In recent times
Come to a LEGO town named “Salo”! Salo is tiny, but growing. It has houses, a church, a bell tower, and more big buildings under construction. In just 1 month, it’s accumulated a lot of history.
Salo didn’t start as a lonely home with a single family living alone. In fact, the very first building was a magnificent ancient temple.
It was a white marble temple with 6 columns across the front, and 10 along its length. Even its roof was gleaming white. On the corners of this roof stood 6 simple, gray stone frog statues.
There were no houses around it. People gather at this temple for the sole purpose of worship.
The cult statue
They worshiped large, wooden statue of their god inside the temple’s rear. However, they knew their god wasn’t really in that statue, or the temple. They found their god all around. They found him in nature, in their happiness, and in their livelihoods.
He wasn’t their only god. In fact, they didn’t converse with him, but rather respected and stayed in touch. More than anything, their god was numinous, and mysterious in the most ecstatic of ways.
To make the temple as special as possible, the ancients of Salo built many miniature temples around the main structure, like a mother duck and her ducklings. Some were for less powerful spirits, others simply made the main temple appear bigger to onlookers.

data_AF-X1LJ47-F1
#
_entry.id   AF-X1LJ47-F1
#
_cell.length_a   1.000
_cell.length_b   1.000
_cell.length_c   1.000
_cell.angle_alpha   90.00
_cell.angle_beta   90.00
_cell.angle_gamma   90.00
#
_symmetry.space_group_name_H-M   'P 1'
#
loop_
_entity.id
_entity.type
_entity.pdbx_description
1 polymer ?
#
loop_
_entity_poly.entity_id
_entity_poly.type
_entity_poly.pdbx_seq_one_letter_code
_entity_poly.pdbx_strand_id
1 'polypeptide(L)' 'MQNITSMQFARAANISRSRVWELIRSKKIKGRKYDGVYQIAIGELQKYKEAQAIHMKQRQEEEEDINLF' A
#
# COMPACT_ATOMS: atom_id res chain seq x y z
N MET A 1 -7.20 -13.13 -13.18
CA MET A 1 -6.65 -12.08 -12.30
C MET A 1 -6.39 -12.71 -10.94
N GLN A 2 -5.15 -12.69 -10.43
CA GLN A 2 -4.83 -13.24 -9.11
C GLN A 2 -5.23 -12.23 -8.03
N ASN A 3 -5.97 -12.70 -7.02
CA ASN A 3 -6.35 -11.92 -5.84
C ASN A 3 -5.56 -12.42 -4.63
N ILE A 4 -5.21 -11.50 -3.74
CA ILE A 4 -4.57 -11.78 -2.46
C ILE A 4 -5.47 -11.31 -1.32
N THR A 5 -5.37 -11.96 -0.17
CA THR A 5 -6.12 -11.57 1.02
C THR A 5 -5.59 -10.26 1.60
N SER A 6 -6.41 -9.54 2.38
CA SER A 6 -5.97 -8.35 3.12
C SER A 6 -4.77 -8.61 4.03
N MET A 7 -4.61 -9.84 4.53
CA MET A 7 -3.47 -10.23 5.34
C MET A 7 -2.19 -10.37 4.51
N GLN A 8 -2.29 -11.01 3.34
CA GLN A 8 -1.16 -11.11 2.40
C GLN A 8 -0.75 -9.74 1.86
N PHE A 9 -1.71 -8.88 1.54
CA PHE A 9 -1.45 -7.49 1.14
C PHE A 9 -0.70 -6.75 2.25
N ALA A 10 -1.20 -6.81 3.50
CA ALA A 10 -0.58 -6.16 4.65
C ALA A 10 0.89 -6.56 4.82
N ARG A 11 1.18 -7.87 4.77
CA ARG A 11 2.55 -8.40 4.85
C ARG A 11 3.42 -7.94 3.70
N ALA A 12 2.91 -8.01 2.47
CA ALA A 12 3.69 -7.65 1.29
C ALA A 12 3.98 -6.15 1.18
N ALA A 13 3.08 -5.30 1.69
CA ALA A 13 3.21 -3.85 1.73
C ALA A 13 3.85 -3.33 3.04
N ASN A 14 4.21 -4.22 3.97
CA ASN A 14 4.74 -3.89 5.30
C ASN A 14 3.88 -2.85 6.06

With time, more and more religious structures crowded the small sacred ground which the ancients of Salo held dear and guarded for their god. Soon, there were so many objects that the ancients of Salo had to build a storage house. In this house, they stored the original golden crown of the god’s statue, a gold cup, and a crystal chandelier.
Not built in one day
The ancients of Salo built the large marble temple in relatively little time. However, they embellished the decorations over generations. They thought of the flowers on the temple’s roof as lily flowers and pads. They colored the flowers dark pink, and the leaf pads a rich green. Silver frogs replaced the old stone ones.
A pond set in stone
The ancients painted the column capitals outside green and blue. Both symbolized pond water and the algae skimmed from the top. The temple was a cosmic model of a tranquil waterside.
Inside the temple, the marble walls shone bare. The people allowed nothing to distract or pollute the god’s home. Of course, no one went inside to pray. Everyone stood outside at the altar to offer. Only priests went inside to swiftly do their duties. Whenever they cleaned up the temple, they drew a gold-dusted curtain over the entrance to the god’s home.
Temple to Infancy
The god of Salo, with his water, lilies, and shiny frogs, stood for so much. Above all, he stood for innocence, childhood, infancy, youth, and purity. His marble housing was a dedication from the ancients of Salo to those qualities.